This is another dish that I have been wanting to make for some time. According to Blogger, I put this recipe in my queue back in early September 2010. Granted, I have recipes that I picked out years ago and haven't made yet saved in my Gmail account. The fact that I picked a recipe out so long ago and haven't made it yet doesn't necessarily bear any relation to how much I want to make the dish. Sometimes I sit on a recipe for ages because I just cannot manage to find one particular ingredient. Then there are the times that I pick out a recipe and then misplace it or forget about it. That happens a lot. Sometimes I sit on a recipe because it just never quite comes together - everytime I get ready to make it something comes up or I find that I am missing something that I could have sworn we had in the apartment. Usually we discover that we are missing something before we actually start cooking, but every once in awhile there is a late stage panic when we realize that we are out of some absolutely necessary component halfway through the cooking process. Anyway the component that we were always missing for this dish was the 1/4 pound of thinly sliced pork shoulder/butt. Since pork shoulders tend to be so large, they aren't something we generally stock in the freezer. And most normal grocery stores don't stock pork shoulder so buying one always requires a special trip to Fairway or Whole Foods. But the last time we cooked pork shoulder I hacked off a chunk and threw it in the freezer so I would have it the next time I thought about making this dish. Good thinking on my part, huh?
Not to quote Alex's favorite phrase twice in a row, but this dish was kind of awesome. Vietnamese food is always a huge winner in our apartment - neither Alex nor I can get enough of the flavors of nuoc cham (Alex actually claimed that he likes it so much he could drink it), fresh herbs, fish sauce and lime juice. Vietnamese food just tastes so fresh and bright. It is also perfect for hot, steamy weather (like mid-80s over Memorial Day weekend in NYC), which is really no surprise given the steamy climate in Southeast Asia. The pork and shrimp in the stir-fry itself had a surprising amount of flavor given that they were quickly marinated in fish sauce and sugar, before being simply stir-fried with lemongrass and garlic. They didn't really need the nuoc cham at all. But if you are going to serve the stir-fry over rice noodles like we did, I would recommend the nuoc cham for the noodles. We quickly stir-fried our noodles in the pork and shrimp juju that was left in the wok after we cooked the stir-fry to loosen the noodles up and flavor them. If you don't have noodles, you could also serve the stir-fry with rice and a sauteed vegetable of some sort. Any way you serve it, I think you will have an excellent meal.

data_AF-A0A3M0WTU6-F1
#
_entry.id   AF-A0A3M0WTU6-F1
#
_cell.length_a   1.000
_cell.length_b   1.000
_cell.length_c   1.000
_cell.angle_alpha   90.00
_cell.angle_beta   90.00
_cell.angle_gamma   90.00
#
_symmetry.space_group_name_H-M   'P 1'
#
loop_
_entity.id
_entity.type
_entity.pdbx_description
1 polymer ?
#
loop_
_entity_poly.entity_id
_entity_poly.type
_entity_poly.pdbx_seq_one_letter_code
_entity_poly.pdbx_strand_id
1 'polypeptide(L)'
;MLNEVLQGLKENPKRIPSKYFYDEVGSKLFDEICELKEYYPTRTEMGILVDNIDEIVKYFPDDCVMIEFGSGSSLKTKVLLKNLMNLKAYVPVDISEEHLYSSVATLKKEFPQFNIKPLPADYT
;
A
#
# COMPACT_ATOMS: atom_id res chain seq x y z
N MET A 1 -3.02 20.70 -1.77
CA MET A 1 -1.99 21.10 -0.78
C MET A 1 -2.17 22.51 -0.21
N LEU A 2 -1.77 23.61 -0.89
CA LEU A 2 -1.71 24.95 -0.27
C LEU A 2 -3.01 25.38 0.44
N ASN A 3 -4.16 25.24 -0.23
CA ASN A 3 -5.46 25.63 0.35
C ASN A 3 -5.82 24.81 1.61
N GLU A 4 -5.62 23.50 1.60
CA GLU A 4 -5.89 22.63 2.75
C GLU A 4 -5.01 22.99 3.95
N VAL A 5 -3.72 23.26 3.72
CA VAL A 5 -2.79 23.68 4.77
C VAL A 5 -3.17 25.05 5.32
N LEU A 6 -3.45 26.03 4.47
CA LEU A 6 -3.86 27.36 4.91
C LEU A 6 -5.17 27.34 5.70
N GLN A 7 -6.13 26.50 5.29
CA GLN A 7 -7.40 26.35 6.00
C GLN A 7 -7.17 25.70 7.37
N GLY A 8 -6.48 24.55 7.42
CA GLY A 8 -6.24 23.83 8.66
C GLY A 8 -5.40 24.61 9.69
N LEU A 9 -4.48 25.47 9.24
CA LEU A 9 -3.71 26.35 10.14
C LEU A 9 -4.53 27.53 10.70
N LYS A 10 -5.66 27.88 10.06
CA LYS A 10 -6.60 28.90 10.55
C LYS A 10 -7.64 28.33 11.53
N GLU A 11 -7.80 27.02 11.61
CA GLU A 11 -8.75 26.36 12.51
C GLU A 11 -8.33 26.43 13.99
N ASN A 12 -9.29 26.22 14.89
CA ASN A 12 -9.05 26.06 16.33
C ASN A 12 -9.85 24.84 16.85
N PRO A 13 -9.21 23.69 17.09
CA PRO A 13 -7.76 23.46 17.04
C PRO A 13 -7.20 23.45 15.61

Recipe after the jump!
Vietnamese Shrimp and Pork Stir-FryHot Sour Salty Sweet: A Culinary Journey Through Southeast Asia
By Jeffrey Alford and Naomi Duguid
1/2 lb medium to small shrimp, peeled and deveined
1/4 lb boneless pork butt or shoulder, thinly sliced
2 tbsp fish sauce
1 tsp sugar
2 tbsp peanut or vegetable oil
1 tbsp garlic, minced
2 tbsp lemongrass, minced
fresh ground black pepper
2 tbsp mint or cilantro, chopped for garnish (optional)
Place shrimp and pork slices in a bowl. In another small bowl, mix together fish sauce and sugar, then pour over shrimp and pork. Stir to make sure pork and shrimp are well-coated with marinade. Marinate, covered, for 30 minutes.
Heat a wok over high heat. Add oil and swirl to coat the wok. When the oil is hot, add garlic and stir-fry for 10 seconds, then add lemongrass. Stir-fry until the garlic starts to change color. Toss in shrimp and pork and any remaining marinade. Stir-fry vigorously until the pork is cooked through. Transfer to a plate, grind black pepper over the top and garnish with herbs (if desired).
Serve stir-fry on top of rice noodles with salad greens, nuoc cham and fried shallots.